Inspections, Compliance, Enforcement, and Criminal Investigations

Attix Pharmaceuticals 6/22/15


Department of Health and Human Services logoDepartment of Health and Human Services

Public Health Service
Food and Drug Administration
 Silver Spring, MD  20993 


Warning Letter
WL: 320-15-11 
CERTIFIED MAIL                                                                        
June 22, 2015

Mr. Syveon D. Liu
CEO & Owner
Attix Pharmaceuticals
184 Front St. East, Unit 801
Toronto, ON, M5A 4N3
Dear Mr. Liu:
We inspected your pharmaceutical manufacturing (repackaging) facility, Attix Pharmaceuticals, 184 Front St. East, Unit 801, Toronto, Ontario, Canada, from November 10, 2014, through November 14, 2014. Our investigator from the U.S. Food and Drug Administration (FDA) identified significant deviations from current good manufacturing practice (CGMP) for the manufacture of active pharmaceutical ingredients (APIs).
These deviations cause your APIs to be adulterated within the meaning of Section 501(a)(2)(B) of the Federal Food, Drug, and Cosmetic Act (the Act), 21 U.S.C. 351(a)(2)(B), in that the methods used in, or the facilities or controls used for, their manufacture, processing, packing, or holding do not conform to, or are not operated or administered in conformity with, CGMP.
We reviewed your firm’s response dated December 3, 2014, in detail.  It lacks sufficient corrective actions.
Our investigator observed specific deviations during the inspection, including, but not limited to, the following:

1.    Failure to package beta-lactam drug products, (including penicillin and non-penicillin beta-lactams) and other drug products under appropriate conditions to avoid potential cross-contamination.

a.    Your firm failed to use separate facilities to manufacture penicillins, non-penicillin beta-lactams, and non-beta-lactam APIs.
i.    According to your Repackaging Logbook, on February 27, April 23, July 8, and July 22, 2014, you packaged a number of beta-lactams, including (b)(4), in a facility that is not dedicated to manufacturing beta-lactam drugs.
ii.    You did not use dedicated equipment (for example, hoods) or air handling systems to prevent cross-contamination.
b.    Your firm increased the risk of cross-contamination by allowing personnel and materials to move freely between beta-lactam and non-beta-lactam manufacturing areas.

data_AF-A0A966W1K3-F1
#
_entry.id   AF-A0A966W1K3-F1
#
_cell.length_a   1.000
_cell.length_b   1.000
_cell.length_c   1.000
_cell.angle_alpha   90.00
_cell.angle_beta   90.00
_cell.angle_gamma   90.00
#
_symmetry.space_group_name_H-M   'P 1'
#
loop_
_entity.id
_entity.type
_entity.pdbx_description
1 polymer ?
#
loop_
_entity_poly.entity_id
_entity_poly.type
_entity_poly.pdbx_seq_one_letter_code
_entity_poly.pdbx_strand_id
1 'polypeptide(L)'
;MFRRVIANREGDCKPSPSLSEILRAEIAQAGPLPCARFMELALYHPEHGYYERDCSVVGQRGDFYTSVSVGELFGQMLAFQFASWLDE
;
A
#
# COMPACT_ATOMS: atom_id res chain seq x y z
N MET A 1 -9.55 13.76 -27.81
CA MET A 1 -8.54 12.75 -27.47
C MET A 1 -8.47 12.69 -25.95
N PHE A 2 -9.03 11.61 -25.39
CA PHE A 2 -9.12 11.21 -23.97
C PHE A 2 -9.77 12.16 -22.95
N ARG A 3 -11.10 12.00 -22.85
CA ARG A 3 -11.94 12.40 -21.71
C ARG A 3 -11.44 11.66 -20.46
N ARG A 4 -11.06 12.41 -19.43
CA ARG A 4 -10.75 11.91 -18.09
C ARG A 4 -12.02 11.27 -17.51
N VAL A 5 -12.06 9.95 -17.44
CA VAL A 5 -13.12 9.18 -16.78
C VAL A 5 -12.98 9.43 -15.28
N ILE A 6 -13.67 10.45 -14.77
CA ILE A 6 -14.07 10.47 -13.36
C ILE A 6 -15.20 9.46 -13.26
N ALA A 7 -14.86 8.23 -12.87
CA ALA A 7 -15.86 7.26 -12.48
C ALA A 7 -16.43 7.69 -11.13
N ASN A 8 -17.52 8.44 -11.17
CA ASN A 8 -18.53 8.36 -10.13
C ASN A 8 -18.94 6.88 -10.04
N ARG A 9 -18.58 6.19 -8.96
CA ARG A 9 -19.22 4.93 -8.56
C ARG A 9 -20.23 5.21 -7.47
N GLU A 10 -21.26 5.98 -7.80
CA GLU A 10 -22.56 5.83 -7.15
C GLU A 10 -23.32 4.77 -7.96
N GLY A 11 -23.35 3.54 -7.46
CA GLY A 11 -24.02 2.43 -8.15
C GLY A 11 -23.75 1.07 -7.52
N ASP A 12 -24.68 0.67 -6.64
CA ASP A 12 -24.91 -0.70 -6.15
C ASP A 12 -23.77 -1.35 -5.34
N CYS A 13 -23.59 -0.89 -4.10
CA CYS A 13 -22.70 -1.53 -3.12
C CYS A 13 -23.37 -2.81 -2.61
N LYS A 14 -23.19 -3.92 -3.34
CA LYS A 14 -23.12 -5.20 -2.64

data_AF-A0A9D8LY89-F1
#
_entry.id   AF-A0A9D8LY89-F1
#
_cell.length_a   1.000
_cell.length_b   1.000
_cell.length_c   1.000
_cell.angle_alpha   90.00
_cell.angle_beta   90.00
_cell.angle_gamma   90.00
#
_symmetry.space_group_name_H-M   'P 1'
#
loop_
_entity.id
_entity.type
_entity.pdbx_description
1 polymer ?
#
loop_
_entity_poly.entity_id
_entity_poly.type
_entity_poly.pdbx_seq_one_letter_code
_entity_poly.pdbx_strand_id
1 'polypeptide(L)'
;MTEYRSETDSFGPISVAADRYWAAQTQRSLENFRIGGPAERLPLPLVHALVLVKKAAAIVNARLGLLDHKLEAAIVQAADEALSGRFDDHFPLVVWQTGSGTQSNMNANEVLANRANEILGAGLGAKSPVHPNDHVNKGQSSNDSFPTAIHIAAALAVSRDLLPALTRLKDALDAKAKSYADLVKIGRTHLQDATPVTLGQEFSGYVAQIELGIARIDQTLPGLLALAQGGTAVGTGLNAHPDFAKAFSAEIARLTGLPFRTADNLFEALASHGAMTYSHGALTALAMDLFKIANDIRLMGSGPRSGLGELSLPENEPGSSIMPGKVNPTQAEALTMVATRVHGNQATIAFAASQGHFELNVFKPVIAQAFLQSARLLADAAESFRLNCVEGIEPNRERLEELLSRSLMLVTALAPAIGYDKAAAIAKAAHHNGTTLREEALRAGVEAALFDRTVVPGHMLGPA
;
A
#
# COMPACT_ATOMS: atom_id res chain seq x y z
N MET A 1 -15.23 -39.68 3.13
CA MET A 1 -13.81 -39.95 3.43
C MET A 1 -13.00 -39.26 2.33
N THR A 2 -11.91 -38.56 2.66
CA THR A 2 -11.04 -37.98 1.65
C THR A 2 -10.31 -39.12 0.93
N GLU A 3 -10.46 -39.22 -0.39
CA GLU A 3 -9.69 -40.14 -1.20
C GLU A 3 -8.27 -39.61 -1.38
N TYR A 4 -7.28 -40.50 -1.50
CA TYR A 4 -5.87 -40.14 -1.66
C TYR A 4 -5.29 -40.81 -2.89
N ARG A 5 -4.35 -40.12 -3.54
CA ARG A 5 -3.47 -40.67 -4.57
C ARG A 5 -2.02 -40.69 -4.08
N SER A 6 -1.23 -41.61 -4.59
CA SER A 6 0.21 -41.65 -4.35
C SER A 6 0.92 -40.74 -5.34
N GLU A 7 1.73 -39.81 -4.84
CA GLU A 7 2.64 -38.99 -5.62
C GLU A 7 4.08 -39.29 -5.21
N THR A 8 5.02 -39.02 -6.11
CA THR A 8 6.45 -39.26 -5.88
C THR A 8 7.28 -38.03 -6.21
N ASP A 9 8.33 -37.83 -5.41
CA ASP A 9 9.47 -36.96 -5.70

These practices create an unacceptable risk of beta-lactam cross-contamination in other beta-lactams and in non-beta-lactam APIs.
During the inspection, you stated that you ceased penicillin operations.  However, you manufacture other beta-lactam products beyond penicillin, so ceasing penicillin operations is inadequate to address non-penicillin beta-lactams. You should take similar efforts to mitigate the risks of cross-contamination by non-penicillin beta-lactams, because they pose similar risks to patients.
In your response, you described your operation in detail.  (b)(4) is repackaged under high-efficiency particulate air (HEPA) filtered hoods.  In an attempt to reduce direct contamination, you use (b)(4) on the work surface to collect spillage.  Between repackaging operations, you clean the hoods (b)(4) times with (b)(4).
Your response is insufficient because it fails to mitigate the high risk of cross-contamination while packaging powder beta-lactams in a shared facility.  You also did not include a scientifically sound justification for using (b)(4) to inactivate beta-lactam rings on surfaces.
Cleaning cannot substitute for proper segregation.  Cross-contamination with your sensitizing agents can initiate life-threatening allergic reactions or other drug-induced hypersensitivity reactions.  Your current practices demonstrate an unacceptably high risk of beta-lactam cross-contamination into other APIs packaged at your facility.  You should conduct all beta-lactam manufacturing activities in dedicated, segregated facilities with separate air handling systems and production equipment.
No safe level of penicillin contamination has been determined to be a tolerable risk. Severe allergenic response can occur in susceptible patients exposed to extremely low levels of penicillin and other beta-lactams. Such levels are difficult to detect with current analytical methods.
We recommend that you retrospectively assess whether any of the non-beta-lactams packaged by your firm were contaminated with beta-lactams.  However, please be mindful that any test intended to detect beta-lactam contamination provides only limited confidence due to method limitations and sample size. This low detectability, the severity of risk to patients, and the limitations of production controls to preclude cross-contamination underscore the importance of meeting the minimum standard of manufacture in completely separated facilities.